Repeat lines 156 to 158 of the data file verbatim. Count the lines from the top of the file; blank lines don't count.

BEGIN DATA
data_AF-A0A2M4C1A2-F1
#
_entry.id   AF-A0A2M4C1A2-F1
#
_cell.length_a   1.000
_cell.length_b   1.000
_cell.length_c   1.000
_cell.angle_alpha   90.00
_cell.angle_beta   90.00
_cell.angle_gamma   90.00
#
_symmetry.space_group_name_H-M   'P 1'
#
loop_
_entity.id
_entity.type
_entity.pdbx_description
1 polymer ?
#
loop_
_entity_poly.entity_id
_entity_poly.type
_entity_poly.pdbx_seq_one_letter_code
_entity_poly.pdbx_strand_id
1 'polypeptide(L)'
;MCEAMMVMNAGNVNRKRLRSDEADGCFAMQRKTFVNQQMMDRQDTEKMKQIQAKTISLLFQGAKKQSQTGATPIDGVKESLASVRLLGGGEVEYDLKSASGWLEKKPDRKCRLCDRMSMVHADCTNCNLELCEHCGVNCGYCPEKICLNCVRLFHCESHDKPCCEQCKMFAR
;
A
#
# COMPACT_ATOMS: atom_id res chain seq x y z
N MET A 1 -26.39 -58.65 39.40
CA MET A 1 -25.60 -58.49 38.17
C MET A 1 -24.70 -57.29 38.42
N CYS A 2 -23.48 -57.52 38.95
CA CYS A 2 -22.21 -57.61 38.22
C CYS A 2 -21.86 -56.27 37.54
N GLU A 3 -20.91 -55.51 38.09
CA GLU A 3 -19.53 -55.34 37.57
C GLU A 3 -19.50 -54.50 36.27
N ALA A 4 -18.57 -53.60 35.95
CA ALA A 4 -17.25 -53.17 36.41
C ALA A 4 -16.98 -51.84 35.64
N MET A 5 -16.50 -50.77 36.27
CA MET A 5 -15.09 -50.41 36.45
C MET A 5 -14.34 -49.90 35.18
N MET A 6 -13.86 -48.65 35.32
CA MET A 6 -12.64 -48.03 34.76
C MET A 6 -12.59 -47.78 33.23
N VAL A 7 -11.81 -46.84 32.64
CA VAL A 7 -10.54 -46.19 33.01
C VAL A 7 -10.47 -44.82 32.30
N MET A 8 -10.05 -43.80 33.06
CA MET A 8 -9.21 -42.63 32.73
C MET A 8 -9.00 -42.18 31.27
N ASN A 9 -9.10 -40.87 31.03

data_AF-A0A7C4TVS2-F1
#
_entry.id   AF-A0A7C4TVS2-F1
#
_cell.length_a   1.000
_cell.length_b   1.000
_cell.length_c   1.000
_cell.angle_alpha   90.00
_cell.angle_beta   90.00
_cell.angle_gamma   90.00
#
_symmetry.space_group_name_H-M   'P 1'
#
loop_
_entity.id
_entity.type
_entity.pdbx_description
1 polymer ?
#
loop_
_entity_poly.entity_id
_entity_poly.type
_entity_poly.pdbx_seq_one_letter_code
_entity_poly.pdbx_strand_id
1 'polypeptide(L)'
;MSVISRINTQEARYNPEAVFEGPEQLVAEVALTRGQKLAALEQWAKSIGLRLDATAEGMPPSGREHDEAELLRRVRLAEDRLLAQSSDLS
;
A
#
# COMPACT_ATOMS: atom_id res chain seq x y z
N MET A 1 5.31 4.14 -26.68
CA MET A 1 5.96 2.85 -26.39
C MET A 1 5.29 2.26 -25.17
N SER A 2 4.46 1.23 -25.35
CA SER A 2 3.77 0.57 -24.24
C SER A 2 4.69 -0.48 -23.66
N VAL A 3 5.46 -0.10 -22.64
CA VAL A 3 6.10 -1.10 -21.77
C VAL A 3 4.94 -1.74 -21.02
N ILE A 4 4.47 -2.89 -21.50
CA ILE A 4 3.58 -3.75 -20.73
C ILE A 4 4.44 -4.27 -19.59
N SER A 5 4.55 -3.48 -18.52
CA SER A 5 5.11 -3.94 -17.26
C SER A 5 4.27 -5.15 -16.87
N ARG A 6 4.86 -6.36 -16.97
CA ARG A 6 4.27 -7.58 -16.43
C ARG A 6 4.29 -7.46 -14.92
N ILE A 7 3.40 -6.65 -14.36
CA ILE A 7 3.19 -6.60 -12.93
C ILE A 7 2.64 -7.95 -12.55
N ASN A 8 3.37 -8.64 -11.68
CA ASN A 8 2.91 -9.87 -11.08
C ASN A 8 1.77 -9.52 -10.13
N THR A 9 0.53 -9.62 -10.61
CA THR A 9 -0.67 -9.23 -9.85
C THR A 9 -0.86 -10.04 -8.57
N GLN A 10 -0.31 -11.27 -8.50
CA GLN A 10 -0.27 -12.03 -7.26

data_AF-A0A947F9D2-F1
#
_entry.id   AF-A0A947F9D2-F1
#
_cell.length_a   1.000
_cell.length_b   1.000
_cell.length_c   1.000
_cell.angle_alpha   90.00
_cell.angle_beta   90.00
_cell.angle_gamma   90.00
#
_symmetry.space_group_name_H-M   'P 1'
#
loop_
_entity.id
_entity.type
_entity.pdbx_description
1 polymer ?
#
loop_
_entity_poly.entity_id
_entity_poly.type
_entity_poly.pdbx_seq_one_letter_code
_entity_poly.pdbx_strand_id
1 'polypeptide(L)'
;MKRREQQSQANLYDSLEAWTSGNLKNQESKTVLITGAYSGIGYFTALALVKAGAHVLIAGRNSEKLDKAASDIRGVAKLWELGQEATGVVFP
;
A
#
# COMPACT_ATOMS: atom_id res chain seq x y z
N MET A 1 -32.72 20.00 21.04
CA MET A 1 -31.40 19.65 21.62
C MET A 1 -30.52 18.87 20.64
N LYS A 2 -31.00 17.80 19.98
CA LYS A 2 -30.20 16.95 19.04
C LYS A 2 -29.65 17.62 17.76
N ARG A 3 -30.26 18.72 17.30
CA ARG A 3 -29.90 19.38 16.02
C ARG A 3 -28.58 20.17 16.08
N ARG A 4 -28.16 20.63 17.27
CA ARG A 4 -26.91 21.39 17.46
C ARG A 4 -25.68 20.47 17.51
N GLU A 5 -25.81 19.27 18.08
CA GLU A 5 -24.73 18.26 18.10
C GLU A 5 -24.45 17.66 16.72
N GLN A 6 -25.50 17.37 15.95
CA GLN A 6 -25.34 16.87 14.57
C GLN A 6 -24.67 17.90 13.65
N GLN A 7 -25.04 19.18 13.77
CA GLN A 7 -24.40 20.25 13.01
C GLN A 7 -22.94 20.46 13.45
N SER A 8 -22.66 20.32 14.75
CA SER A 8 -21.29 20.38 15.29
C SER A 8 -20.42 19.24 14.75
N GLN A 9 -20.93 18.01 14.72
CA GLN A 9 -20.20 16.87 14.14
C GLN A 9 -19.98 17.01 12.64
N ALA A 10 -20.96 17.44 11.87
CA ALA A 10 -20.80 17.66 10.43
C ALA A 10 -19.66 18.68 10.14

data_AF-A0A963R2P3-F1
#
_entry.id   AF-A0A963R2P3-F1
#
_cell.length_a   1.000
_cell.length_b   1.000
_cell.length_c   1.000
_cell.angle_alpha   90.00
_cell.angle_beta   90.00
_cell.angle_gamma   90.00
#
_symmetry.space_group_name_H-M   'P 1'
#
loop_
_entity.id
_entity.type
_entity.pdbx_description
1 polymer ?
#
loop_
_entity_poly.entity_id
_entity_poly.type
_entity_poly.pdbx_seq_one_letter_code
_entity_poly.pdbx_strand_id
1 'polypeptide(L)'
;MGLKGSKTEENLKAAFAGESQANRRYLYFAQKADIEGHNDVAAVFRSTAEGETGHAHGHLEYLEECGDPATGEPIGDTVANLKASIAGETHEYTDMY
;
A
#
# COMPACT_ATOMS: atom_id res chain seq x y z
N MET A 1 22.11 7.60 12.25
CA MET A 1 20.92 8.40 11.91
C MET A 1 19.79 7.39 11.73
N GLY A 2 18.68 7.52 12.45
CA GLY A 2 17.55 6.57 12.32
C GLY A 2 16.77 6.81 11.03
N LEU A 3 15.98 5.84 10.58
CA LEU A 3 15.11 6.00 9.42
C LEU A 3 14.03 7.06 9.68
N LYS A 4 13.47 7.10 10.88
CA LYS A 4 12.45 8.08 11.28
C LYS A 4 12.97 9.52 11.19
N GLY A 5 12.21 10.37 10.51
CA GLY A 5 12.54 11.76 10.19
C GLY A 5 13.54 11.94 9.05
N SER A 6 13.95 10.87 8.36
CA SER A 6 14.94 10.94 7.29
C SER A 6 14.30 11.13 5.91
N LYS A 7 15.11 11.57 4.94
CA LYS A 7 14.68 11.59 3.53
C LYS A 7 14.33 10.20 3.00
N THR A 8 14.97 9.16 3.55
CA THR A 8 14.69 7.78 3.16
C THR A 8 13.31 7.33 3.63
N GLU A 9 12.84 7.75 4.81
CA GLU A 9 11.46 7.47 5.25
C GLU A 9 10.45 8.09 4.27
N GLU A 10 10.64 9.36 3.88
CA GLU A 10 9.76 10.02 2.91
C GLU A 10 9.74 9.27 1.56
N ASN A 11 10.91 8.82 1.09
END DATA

C ARG A 4 -25.68 20.47 17.51
N GLU A 5 -25.81 19.27 18.08
CA GLU A 5 -24.73 18.26 18.10